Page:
Campus safety has never been more important to educational institutions. A lot of vendors and technology companies are working with IT departments to install new technologies, such as surveillance systems, access control, or emergency notification systems to combat the ever-growing threats to student and faculty safety. But through our extensive work with K-20 organizations and their security strategies, we’ve noticed one major aspect of campus safety that most vendors and organizations miss: they don’t use a third-party assessment to begin the process. This is a huge campus security mistake!
Here’s the way a safety assessment typically works: a school district contacts a vendor and explains that they want to improve their campus safety. With that intangible goal, the vendor will come on site and recommend some technology to leadership. IT and decision-makers go ahead and install the technology without really determining what their goals are, how the technology contributes to those goals, how to measure success, or how to maintain the system over the coming years. This is a problem for several reasons, and can actually be more dangerous than not having the technology in the first place because it gives you a false sense of security.
Here are 3 issues with skipping the independent assessment for your campus safety plan:
1. It Doesn’t Involve Your Overall Strategy
Like every other technology, those that contribute to campus safety need to be a part of an overall strategy that includes measurable goals, key stakeholders, and plans for maintenance and sustainability. It’s very difficult to accomplish these goals if your vendor doesn’t address your strategy first. A good independent assessment will consider safety first, account for your goals and success criteria, then discuss how technology can help you get there.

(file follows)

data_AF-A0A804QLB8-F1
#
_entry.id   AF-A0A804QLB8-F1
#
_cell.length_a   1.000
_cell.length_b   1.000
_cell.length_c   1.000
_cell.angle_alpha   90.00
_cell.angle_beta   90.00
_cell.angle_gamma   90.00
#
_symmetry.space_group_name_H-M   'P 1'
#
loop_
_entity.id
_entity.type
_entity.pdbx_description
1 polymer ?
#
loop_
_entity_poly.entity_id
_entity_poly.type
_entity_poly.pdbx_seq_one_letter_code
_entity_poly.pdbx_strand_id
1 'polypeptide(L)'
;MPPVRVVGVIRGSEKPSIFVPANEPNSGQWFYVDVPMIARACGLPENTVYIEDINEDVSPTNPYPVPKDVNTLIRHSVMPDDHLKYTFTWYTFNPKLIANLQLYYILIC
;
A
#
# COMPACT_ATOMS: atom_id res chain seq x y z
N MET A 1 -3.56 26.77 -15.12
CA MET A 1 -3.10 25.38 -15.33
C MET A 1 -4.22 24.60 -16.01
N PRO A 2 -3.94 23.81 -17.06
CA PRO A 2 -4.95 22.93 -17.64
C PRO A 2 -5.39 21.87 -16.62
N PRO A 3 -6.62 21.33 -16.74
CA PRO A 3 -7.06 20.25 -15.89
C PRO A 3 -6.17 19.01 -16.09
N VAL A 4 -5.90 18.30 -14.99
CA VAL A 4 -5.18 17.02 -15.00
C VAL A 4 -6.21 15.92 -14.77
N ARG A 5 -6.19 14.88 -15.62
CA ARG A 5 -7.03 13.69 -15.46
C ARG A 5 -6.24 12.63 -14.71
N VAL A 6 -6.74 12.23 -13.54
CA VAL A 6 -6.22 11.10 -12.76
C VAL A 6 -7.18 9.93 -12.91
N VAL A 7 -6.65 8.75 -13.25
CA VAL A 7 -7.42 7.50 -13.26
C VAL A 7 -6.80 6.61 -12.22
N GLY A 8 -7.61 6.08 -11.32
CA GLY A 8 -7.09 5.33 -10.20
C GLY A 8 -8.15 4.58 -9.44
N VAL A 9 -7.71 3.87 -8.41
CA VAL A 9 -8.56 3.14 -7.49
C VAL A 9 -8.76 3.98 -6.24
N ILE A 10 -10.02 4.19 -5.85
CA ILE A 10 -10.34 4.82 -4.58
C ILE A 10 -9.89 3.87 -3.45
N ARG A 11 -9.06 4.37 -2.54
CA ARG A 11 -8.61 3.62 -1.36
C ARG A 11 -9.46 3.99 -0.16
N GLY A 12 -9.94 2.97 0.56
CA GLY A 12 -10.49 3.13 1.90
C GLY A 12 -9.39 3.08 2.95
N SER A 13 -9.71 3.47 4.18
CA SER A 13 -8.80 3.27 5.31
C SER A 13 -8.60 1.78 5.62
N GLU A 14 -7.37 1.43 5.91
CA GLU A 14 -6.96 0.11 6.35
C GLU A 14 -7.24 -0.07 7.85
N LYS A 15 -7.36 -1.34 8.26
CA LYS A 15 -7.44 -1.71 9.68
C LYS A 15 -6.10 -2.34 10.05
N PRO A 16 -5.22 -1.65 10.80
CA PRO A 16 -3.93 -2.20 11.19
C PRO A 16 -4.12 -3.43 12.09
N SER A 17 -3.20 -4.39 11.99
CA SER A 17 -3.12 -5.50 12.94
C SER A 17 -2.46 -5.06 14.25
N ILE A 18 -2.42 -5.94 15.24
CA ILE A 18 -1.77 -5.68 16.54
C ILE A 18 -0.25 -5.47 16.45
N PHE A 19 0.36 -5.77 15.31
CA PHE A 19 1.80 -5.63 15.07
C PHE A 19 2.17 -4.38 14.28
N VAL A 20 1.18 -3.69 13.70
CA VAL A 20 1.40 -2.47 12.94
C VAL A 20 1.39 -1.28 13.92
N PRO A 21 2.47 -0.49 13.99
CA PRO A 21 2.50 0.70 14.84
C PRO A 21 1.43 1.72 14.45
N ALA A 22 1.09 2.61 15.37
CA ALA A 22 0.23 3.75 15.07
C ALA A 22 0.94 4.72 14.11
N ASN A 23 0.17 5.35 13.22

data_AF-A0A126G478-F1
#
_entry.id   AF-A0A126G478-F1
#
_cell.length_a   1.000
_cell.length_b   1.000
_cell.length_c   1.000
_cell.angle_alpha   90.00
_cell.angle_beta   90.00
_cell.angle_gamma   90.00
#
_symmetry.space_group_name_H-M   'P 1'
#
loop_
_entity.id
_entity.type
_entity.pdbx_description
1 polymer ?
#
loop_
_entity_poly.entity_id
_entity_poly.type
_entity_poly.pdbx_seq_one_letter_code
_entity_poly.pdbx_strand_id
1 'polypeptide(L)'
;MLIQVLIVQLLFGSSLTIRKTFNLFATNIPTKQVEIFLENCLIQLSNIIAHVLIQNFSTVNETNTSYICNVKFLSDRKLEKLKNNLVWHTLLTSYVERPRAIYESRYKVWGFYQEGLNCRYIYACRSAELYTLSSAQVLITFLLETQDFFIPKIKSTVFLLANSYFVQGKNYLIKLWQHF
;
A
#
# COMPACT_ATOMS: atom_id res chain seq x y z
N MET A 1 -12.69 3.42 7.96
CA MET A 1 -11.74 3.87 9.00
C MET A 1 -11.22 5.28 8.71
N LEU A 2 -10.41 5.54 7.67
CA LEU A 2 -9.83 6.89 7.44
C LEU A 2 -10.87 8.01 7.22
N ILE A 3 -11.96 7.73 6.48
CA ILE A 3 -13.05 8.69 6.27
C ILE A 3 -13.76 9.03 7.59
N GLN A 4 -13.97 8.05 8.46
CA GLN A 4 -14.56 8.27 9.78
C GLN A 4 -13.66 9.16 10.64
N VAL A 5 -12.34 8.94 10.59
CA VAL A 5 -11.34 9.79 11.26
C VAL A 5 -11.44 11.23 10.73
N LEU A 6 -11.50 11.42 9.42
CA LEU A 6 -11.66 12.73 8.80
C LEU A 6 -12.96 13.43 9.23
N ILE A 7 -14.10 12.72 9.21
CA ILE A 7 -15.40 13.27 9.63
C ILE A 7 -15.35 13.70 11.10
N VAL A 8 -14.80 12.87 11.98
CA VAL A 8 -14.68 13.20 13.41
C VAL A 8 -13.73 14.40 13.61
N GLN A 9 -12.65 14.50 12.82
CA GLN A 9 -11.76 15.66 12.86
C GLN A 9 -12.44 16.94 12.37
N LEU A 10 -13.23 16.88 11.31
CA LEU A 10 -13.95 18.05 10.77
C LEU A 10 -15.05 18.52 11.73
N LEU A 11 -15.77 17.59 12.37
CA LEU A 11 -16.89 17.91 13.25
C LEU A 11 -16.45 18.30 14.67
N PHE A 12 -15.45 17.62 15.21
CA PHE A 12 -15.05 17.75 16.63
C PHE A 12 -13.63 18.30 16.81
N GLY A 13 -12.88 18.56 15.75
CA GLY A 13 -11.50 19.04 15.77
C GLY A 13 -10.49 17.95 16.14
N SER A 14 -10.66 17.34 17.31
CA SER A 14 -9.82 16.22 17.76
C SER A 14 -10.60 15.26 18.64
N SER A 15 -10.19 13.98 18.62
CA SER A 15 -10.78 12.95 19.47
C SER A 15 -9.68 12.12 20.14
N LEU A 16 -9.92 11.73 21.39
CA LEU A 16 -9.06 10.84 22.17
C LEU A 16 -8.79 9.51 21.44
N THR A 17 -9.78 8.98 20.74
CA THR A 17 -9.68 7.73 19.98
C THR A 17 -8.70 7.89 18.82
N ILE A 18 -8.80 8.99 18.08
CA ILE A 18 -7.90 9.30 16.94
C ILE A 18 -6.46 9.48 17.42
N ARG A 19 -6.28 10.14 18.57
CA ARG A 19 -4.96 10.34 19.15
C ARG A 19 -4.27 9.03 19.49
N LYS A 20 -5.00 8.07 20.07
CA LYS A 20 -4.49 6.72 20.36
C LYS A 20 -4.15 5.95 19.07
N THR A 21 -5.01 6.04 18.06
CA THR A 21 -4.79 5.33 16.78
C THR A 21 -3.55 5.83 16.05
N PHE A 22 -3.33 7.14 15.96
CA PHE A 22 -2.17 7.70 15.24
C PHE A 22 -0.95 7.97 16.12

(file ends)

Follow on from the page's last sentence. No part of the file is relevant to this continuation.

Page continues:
While technology is certainly a key part of a comprehensive campus safety strategy, it should never be the entire strategy. This is important because there are many other factors to consider – factors that only an experienced facility and safety assessment team can identify. For example, let’s say you install access control on all of the doors in your organization. What if an active threat walks up to the door and can’t get in, but notices a huge glass panel right next to the door? One well-placed boot can erase the efficacy of your access control system in seconds. An experienced assessor will identify every area of vulnerability and give you recommendations to correct each one, whether or not they include the purchase of technology.3. It Doesn’t Come With a Plan
Let’s say you actually have a vendor that discusses your strategy and gives a few non-technology recommendations and also installs some effective technology solutions. Now what? Who is responsible for taking action in emergency events? Who is responsible for revoking key card access during staffing changes? How does your organization communicate with parents and safety and rescue officials during an active threat? Who trains regular and substitute teachers for emergency situations? Who will monitor and maintain your safety systems? These are all questions that need to be answered and put into effect before you can claim any level of success. These are also questions that most vendors will not even think about answering; the right campus safety assessor will.